I second Costco for all the above mentioned reasons. We got one as our Christmas gift. The other advice is to spend the extra $50 to get the TV prewired for Netflix etc and to pick up your wireless signal at home. It takes care of a lot of the wires, but we still have an antenna package that will cost you another $60 unless you have cable. With the netflix and Amazon pay for view prewired we only have an internet bill and plenty to choose from to watch on TV and with the Ooma phone system we also purchased at Costco our phone and internet bill went from horrendous to a little under $50/mo for everything including the Netflix subscription.

How much was the set used? Our Sony (not our main TV) died a few years back. In fact your picture in the cabinet looks similar to our set up. I was all for getting a new flat screen. The husband opted to take a look at Craigslist and came home with a Daewoo for $30. The picture quality is not the same as our main TV. The set is coming up on 4 years in our household and we did not have to haul that bulky piece of wooden furniture out of the house.

In light of the economy and because we live in the City of Sustainability you might want to consider used.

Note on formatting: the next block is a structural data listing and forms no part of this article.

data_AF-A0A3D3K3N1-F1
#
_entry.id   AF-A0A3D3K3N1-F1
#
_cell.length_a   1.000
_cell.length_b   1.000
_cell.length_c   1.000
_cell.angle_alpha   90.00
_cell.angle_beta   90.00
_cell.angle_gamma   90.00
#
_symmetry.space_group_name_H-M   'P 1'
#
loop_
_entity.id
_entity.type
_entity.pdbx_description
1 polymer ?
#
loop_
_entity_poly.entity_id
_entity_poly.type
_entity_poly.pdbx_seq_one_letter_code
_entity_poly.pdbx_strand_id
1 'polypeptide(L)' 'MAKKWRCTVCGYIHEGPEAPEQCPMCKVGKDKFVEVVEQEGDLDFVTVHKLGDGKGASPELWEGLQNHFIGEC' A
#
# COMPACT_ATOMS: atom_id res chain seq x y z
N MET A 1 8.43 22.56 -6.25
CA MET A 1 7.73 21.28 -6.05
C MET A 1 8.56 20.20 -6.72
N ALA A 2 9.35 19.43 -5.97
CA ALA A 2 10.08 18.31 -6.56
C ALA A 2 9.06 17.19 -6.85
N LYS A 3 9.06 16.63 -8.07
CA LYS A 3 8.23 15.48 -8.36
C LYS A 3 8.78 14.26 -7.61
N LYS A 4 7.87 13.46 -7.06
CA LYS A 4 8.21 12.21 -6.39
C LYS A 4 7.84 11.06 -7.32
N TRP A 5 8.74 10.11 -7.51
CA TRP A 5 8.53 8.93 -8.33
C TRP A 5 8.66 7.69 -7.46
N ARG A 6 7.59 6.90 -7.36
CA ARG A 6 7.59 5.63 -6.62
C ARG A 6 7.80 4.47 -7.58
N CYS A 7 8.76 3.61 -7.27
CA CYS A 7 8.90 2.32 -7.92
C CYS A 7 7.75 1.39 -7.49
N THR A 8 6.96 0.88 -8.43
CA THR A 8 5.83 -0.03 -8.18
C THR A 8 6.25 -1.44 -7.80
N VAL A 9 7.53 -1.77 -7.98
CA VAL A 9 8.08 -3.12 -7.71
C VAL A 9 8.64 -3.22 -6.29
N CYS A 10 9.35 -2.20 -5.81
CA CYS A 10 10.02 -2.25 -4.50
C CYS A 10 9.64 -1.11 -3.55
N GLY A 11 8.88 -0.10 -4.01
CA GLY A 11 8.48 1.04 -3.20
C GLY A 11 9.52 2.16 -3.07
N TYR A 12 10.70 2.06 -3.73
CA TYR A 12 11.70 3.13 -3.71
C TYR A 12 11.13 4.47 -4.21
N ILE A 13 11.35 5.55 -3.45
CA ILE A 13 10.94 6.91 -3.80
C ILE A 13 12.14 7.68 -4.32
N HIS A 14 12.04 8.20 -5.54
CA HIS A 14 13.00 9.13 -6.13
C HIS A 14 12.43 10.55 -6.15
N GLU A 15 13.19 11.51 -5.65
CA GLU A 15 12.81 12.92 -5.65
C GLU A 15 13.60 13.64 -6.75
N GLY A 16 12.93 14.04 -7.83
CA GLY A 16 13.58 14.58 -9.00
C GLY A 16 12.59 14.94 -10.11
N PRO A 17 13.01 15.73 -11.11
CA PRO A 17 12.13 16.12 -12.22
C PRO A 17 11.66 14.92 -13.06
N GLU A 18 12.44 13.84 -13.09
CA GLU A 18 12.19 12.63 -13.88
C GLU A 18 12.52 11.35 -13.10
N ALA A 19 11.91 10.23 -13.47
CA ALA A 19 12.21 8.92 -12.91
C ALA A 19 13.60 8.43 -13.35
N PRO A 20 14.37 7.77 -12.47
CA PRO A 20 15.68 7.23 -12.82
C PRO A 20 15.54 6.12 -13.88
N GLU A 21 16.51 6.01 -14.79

Sorry this statement makes me want to grab my purse and head to Costco. Oh and our main TV is a ceiling mounted projecter with a screen large enough to make games truly lifelike.

For a purchase of this magnitude, it is worth the annual membership cost of $30 to consult Consumer Reports. You can access their reviews online. While I agree with others here that Costco is generally a good way to go, they don't always feature the "best deal", or "best in class". Granted, their liberal return policy is worth a lot.

Last I knew Goodwill will take donation of all manner of old electronic devices regardless of their condition. But you do have to manage to get it to one of their donation facilities.

Donyourself a favor. Take the dead TV to Metro. ... ... Then don't buy a replacement.

A concur with all the others about going to Costco. Great selection of good TV's at good prices and the warranty can't be beat. As for recycling the old TV, check out the below link for a location near you, and its free.
http://www.deq.state.or.us/lq/ecycle/index.htm

After many shopping adventures by many clients, including Costco, Video Only can't be beaten IMO.

Better selection of all brands and latest models, helpful staff and prices the same or better.

Nearly every time, over many years, that I send a client there they buy.
Many of which stopped by Costco but they didn't quite have the most current model or some other issue.

Keep in mind, TV's have a pretty limited lifespan nowadays. Getting one to go 5-6 years is considered "good," any more than that and your lucky.

The weakest link has always been the capacitors in the power supply. They are sensitive to heat cycles and wear out over time. Older tube style TV's had heavy duty capacitors with loose voltage tolerances and lots of room for heat to dissipate...so they lasted longer. Newer technology uses more delicate parts, made by the lowest Asian bidder, with components requiring tight voltage tolerances, and crammed into a tiny space. They just don't hold up anymore.